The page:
Rigidity

Key Facts

  • Rigidity is present in about 90-99% of PD cases.
  • Rigidity is independent of the velocity used to manipulate the limb which distinguishes it from spasticity.
  • Muscular rigidity can be seen unilateral or bilateral.
  • The “cogwheel” phenomenon is a particular type of rigidity occurring in PD. It is thought to be tremor superimposed on rigidity.
  • Rigidity of the trunk may be present.
  • Some patients refer to rigidity as “tightness” in their limbs.

Rigidity can be defined as increased resistance when stretching a muscle passively and is commonly associated with bradykinesias. Rigidity is one of the symptoms that has important implications in the quality of life of all patients; therefore, its assessment and treatment is important in every single case.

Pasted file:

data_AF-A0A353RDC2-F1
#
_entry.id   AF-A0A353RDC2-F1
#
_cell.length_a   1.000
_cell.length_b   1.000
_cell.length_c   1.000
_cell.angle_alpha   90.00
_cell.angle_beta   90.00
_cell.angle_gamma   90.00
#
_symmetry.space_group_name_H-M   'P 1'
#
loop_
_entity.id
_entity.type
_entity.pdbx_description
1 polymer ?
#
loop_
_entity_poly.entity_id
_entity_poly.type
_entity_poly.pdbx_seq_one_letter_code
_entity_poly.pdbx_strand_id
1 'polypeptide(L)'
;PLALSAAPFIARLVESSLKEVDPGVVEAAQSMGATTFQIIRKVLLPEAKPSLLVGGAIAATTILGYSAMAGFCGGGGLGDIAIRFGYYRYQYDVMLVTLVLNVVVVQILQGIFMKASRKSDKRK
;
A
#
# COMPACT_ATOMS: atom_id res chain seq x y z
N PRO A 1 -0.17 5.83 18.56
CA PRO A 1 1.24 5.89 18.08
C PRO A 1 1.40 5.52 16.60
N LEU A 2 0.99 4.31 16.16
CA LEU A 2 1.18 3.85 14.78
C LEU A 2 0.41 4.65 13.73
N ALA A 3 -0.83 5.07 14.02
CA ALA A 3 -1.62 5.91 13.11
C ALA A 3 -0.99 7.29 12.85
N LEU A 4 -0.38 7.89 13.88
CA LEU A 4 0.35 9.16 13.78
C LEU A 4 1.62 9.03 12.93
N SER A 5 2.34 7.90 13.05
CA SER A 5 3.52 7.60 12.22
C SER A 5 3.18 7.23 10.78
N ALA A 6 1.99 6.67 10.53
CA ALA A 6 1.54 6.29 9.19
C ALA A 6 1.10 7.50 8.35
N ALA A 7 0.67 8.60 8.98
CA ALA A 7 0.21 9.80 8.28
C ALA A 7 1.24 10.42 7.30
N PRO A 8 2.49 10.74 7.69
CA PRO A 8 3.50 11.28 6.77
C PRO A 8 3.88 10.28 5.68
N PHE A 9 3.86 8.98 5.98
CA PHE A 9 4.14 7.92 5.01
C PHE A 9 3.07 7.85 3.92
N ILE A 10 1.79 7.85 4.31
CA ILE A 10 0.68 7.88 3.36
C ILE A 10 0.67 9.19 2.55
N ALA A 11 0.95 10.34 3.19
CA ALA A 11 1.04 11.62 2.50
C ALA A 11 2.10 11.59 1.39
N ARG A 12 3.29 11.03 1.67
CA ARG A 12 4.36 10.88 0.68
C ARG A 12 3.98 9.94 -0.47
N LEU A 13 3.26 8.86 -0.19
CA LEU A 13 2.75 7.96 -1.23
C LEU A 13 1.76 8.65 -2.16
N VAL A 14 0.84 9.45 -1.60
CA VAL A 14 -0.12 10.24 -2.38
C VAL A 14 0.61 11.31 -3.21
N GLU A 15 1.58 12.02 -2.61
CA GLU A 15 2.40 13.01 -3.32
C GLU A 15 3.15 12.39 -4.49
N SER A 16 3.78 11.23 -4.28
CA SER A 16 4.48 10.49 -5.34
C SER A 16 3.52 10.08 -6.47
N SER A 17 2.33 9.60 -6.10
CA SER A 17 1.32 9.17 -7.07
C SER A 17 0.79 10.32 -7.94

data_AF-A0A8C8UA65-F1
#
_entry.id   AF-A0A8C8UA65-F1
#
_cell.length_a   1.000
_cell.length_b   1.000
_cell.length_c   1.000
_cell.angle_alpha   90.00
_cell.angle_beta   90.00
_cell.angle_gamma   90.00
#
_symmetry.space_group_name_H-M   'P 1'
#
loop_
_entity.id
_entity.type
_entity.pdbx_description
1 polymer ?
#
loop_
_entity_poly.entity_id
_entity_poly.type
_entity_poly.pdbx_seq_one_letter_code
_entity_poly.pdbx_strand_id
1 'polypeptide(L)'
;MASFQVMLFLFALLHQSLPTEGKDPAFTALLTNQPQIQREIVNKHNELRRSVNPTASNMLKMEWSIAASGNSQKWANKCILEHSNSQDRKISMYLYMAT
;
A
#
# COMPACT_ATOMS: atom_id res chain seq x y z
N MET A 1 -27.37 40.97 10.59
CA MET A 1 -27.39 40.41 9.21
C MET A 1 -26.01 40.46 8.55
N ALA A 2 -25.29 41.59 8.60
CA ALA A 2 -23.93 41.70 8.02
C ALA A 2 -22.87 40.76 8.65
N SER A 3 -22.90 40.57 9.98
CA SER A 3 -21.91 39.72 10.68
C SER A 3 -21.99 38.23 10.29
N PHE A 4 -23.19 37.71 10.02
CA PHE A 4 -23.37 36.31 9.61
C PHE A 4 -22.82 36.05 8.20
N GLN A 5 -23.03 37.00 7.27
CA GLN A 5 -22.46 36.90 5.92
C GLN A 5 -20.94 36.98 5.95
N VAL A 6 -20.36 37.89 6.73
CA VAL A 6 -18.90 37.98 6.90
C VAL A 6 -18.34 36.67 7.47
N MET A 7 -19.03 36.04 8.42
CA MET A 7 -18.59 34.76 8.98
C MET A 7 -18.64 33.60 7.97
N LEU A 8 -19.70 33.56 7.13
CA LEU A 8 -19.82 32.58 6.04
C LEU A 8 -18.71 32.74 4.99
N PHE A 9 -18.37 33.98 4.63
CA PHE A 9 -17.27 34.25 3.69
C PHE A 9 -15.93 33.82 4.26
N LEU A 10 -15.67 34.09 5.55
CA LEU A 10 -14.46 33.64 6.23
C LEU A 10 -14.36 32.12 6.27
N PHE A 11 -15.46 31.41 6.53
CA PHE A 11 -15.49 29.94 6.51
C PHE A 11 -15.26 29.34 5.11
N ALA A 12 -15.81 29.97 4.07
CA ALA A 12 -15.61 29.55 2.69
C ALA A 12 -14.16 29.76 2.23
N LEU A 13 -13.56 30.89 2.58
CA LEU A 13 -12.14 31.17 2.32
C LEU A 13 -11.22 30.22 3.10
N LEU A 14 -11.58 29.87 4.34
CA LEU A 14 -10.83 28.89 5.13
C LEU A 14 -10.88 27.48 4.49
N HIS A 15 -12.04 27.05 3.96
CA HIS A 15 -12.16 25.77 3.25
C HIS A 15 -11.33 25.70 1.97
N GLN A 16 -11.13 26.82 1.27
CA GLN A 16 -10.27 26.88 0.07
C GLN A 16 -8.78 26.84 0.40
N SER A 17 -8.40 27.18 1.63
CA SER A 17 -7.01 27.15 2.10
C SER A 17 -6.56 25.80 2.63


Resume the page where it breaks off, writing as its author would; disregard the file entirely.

Rigidity, while seldom the main symptom early in PD, is experienced as stiffness of the arms or legs beyond what would result from normal aging or arthritic changes. Like other motor symptoms, rigidity often presents unilaterally and continues to manifest asymetrically, contributing to the postural deformities that are seen in many PD patients. Treatment with levodopa and dopamine agonists works well with rigidity.

References: 

Ebadi M, Pfeiffer, R; Parkinsons's Disease; CRC Press; 2005; P:173-174